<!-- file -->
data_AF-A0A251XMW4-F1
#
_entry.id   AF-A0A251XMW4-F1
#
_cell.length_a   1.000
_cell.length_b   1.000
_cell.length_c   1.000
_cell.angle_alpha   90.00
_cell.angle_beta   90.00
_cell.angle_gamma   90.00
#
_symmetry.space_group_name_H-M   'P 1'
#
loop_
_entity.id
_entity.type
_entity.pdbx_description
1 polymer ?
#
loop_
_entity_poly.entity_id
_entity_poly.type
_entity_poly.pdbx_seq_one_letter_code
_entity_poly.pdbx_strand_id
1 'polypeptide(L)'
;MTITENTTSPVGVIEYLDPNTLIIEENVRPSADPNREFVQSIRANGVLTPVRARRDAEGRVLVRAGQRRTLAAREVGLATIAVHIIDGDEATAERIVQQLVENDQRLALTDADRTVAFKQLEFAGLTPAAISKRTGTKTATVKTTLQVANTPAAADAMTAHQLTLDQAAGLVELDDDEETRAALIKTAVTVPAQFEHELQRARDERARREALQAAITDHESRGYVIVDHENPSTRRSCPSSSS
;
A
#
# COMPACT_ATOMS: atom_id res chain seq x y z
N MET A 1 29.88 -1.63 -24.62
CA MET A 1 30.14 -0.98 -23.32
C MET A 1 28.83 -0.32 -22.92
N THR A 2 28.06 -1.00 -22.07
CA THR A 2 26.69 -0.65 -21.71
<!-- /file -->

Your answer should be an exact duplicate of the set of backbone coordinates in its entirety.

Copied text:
data_AF-A0A251XMW4-F1
#
_entry.id   AF-A0A251XMW4-F1
#
_cell.length_a   1.000
_cell.length_b   1.000
_cell.length_c   1.000
_cell.angle_alpha   90.00
_cell.angle_beta   90.00
_cell.angle_gamma   90.00
#
_symmetry.space_group_name_H-M   'P 1'
#
loop_
_entity.id
_entity.type
_entity.pdbx_description
1 polymer ?
#
loop_
_entity_poly.entity_id
_entity_poly.type
_entity_poly.pdbx_seq_one_letter_code
_entity_poly.pdbx_strand_id
1 'polypeptide(L)'
;MTITENTTSPVGVIEYLDPNTLIIEENVRPSADPNREFVQSIRANGVLTPVRARRDAEGRVLVRAGQRRTLAAREVGLATIAVHIIDGDEATAERIVQQLVENDQRLALTDADRTVAFKQLEFAGLTPAAISKRTGTKTATVKTTLQVANTPAAADAMTAHQLTLDQAAGLVELDDDEETRAALIKTAVTVPAQFEHELQRARDERARREALQAAITDHESRGYVIVDHENPSTRRSCPSSSS
;
A
#
# COMPACT_ATOMS: atom_id res chain seq x y z
N MET A 1 29.88 -1.63 -24.62
CA MET A 1 30.14 -0.98 -23.32
C MET A 1 28.83 -0.32 -22.92
N THR A 2 28.06 -1.00 -22.07
CA THR A 2 26.69 -0.65 -21.71